This time we’re taking a look at Ethanol E10 Fuel and whether you should use at on any Australian vehicles. We’ll be updating with US vehicle compatibility shortly in the future.

What is Ethanol?

Ethanol is a non fossil fuel that is produced from a variety of agricultural crops such as sugar or grain. It’s essentially a greener fuel that could help reduce our greenhouse gases. E blended fuels

Marine Engines

Ethanol has a strong affinity for water as it attracts it. Never use ethanol in an outboard or inboard engine. You will have to buy the more expensive stuff.

E85

If your vehicle is not designed to run on E85 you could experience poor drivability and possible damage to the fuel system components. Vehicle manufacturers will not honor warranty if the fuel used contains more than 10% ethanol. Only SAAB is currently selling a vehicle designed to run on E85.

Testing by the Australian Government on E20 in 5 vehicles most common in the Australian fleet showed Engine and Emission control damage after 80,000km. Be very cautious if you’re tempted to use fuel with more than 10% Ethanol.

Engine computers would have to be mapped to use E85’s 35% lower energy content. Fuel injectors may have to be replaced to provide greater fuel flow, hoses and seals may also have to be replaced to cope with E85.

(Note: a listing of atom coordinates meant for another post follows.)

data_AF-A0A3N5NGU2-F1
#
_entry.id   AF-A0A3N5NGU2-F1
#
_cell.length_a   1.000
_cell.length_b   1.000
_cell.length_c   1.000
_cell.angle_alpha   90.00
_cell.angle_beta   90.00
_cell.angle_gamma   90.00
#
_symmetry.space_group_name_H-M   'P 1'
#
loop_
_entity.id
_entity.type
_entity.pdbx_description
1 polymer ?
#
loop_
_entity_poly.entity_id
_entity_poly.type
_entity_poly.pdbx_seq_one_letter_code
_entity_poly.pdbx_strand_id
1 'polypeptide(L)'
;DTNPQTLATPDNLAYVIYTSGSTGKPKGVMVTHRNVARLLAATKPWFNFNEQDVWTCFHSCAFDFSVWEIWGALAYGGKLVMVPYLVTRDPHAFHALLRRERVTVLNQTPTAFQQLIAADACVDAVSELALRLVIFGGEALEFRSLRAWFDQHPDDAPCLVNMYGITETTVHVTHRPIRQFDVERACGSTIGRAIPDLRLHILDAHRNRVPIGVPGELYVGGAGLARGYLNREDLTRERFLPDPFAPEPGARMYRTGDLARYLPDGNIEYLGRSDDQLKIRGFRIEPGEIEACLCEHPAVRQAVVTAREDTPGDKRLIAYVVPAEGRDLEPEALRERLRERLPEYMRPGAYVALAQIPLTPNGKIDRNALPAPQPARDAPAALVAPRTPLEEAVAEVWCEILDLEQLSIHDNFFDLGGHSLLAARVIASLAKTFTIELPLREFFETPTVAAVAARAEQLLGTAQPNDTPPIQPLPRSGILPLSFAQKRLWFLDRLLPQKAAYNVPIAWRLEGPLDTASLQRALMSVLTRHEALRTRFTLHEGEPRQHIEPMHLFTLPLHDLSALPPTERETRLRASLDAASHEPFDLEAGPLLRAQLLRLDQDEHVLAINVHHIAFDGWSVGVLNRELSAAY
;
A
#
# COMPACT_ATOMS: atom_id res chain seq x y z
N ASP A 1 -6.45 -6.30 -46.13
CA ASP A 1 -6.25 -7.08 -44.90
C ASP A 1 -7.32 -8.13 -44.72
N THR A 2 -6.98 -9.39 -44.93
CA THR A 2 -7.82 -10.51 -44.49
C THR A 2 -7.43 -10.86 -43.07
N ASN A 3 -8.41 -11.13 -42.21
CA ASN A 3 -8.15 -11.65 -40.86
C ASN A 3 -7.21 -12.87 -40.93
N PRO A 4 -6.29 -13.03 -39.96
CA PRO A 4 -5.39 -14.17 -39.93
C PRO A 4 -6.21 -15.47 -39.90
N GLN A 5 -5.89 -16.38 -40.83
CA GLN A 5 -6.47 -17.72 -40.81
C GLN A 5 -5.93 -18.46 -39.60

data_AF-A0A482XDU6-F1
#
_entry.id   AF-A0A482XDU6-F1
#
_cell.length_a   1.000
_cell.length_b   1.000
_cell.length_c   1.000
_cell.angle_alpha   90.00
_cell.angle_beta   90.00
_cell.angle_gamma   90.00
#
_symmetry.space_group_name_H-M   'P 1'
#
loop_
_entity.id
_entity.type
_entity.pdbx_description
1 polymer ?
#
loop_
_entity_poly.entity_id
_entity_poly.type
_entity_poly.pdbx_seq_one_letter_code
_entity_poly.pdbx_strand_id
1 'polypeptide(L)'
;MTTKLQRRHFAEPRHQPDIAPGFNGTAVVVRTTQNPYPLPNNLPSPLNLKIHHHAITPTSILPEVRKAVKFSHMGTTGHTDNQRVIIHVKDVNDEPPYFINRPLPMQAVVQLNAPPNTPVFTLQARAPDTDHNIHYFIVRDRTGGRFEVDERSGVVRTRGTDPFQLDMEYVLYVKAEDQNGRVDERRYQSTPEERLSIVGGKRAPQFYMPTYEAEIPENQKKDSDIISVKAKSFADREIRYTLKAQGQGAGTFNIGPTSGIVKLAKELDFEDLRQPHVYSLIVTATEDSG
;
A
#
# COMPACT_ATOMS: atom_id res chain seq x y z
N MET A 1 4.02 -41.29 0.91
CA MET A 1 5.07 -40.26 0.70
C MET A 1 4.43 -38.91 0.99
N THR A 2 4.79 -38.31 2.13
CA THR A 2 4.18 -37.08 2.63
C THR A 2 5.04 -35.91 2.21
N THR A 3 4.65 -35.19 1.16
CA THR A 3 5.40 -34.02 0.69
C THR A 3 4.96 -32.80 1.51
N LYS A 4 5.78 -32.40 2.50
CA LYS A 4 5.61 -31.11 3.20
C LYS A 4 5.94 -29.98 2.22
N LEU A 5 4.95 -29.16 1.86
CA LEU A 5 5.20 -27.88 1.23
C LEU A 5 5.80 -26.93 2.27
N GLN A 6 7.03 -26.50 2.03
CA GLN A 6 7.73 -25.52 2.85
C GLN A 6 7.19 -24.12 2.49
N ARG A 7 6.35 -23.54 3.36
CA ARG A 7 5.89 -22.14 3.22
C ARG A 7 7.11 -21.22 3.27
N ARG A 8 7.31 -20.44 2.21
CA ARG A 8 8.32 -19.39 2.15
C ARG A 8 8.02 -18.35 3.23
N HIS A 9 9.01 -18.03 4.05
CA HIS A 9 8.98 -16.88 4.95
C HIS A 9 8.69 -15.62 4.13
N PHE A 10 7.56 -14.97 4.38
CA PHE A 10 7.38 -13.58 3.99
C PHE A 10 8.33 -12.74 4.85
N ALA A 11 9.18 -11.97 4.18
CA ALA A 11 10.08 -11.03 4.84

Ethanol or Not?

Is it safe to use Ethanol in my car?

Most new and many older model vehicles can run on “E10” blended fuel. Vehicle manufacturers and importers have provided the following information on the capability of their vehicle models to operate on ethanol fuel blends up to a maximum of 10% or E10 subject to the fuel meeting the octane requirements of the vehicle, complying with the relevant mandatory Australian fuel quality standards.

The information below provides technical reasons why some vehicles cannot or should not use E10 ethanol blend.

So, its up to the individual.

Why E10 is not recommended for some newer cars?

Australian Design Rules (ADR) are harmonized with international standards as specified in the UN ECE Regulations. The same requirements apply throughout the European Union.

New Vehicles certified to these standards will increasingly use advanced emission control technologies that strictly control the engines operation parameters and have therefore more stringent fuel quality requirements.